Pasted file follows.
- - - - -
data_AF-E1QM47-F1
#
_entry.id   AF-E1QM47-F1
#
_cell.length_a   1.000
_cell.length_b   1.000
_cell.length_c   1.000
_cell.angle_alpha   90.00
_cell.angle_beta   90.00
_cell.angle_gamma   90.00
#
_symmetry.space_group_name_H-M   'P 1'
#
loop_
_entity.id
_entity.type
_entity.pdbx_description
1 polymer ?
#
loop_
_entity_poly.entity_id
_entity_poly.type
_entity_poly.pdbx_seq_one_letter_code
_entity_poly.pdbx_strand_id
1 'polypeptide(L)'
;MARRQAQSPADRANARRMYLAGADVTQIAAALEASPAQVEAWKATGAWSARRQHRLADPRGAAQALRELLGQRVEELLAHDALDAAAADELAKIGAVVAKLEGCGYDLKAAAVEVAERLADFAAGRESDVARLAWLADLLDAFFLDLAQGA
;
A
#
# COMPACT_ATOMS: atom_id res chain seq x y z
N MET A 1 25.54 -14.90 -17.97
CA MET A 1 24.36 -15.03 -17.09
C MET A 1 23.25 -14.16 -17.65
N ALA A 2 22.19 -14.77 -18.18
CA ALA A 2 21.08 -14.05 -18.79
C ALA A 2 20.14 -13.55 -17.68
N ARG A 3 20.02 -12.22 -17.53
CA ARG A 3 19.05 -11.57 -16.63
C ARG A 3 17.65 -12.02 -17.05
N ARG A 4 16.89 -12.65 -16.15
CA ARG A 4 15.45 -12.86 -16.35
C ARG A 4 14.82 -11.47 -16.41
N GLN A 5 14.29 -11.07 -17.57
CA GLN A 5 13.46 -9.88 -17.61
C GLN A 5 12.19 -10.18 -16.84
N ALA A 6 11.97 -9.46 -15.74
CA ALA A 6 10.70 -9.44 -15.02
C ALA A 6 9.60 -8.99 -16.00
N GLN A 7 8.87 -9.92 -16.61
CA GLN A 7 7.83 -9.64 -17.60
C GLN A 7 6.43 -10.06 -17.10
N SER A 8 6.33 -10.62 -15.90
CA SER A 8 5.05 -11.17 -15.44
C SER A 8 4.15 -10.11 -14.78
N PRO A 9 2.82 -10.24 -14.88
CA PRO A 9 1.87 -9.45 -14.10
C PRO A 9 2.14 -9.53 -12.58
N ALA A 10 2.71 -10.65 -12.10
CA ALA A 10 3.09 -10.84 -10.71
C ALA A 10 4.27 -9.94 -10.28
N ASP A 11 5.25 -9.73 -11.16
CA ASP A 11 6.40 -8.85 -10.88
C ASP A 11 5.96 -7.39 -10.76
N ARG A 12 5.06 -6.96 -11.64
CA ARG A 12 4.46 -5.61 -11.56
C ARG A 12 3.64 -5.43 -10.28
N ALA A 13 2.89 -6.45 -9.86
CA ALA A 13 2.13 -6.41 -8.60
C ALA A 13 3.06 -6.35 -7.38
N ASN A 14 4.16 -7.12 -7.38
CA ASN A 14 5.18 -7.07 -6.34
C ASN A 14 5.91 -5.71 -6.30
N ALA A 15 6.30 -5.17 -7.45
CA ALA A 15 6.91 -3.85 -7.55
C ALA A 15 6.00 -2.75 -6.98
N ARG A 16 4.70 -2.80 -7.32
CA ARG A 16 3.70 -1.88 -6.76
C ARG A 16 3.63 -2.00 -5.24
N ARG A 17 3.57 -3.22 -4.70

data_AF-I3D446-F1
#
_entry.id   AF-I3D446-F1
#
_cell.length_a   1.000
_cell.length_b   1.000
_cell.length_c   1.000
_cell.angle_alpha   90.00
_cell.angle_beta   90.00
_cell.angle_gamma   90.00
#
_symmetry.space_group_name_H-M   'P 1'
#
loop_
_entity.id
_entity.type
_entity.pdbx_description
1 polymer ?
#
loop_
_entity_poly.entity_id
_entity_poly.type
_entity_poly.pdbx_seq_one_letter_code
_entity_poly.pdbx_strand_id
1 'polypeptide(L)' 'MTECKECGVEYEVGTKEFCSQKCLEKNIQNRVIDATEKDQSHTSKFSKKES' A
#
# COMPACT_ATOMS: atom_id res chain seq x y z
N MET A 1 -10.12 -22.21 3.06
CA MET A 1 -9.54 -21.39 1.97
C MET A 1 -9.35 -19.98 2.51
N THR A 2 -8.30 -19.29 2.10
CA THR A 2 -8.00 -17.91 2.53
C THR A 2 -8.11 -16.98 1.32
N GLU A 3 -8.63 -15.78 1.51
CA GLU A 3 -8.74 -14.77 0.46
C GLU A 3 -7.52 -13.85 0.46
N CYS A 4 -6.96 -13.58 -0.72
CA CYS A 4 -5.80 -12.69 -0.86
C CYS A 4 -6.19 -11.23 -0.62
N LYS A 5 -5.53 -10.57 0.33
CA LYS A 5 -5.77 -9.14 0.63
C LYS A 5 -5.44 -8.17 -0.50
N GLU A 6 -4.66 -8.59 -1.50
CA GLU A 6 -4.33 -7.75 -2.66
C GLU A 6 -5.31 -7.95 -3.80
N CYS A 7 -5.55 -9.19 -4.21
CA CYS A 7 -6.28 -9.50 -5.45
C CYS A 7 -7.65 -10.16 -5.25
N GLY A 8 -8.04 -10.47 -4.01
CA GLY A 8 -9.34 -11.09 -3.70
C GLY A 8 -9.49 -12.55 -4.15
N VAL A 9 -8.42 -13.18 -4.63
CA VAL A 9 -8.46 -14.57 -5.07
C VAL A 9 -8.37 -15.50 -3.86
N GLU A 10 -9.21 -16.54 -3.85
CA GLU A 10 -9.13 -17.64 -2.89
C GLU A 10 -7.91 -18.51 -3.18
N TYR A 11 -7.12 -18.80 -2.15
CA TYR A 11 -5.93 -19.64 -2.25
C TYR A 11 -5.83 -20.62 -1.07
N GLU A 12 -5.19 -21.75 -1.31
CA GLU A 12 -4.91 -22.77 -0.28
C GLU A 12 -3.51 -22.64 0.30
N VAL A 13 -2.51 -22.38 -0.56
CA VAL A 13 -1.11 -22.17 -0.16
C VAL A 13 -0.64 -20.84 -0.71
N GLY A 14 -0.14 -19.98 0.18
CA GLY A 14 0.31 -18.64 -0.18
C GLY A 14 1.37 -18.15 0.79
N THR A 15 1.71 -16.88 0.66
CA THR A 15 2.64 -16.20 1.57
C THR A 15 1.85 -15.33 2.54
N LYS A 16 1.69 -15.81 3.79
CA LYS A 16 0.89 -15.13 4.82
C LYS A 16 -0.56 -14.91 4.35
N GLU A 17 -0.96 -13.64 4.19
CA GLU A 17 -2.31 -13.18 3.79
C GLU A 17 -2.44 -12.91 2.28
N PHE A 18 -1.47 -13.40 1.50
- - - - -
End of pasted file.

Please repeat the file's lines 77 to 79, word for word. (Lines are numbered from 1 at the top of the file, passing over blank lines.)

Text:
CA ARG A 16 3.70 -1.88 -6.76
C ARG A 16 3.63 -2.00 -5.24
N ARG A 17 3.57 -3.22 -4.70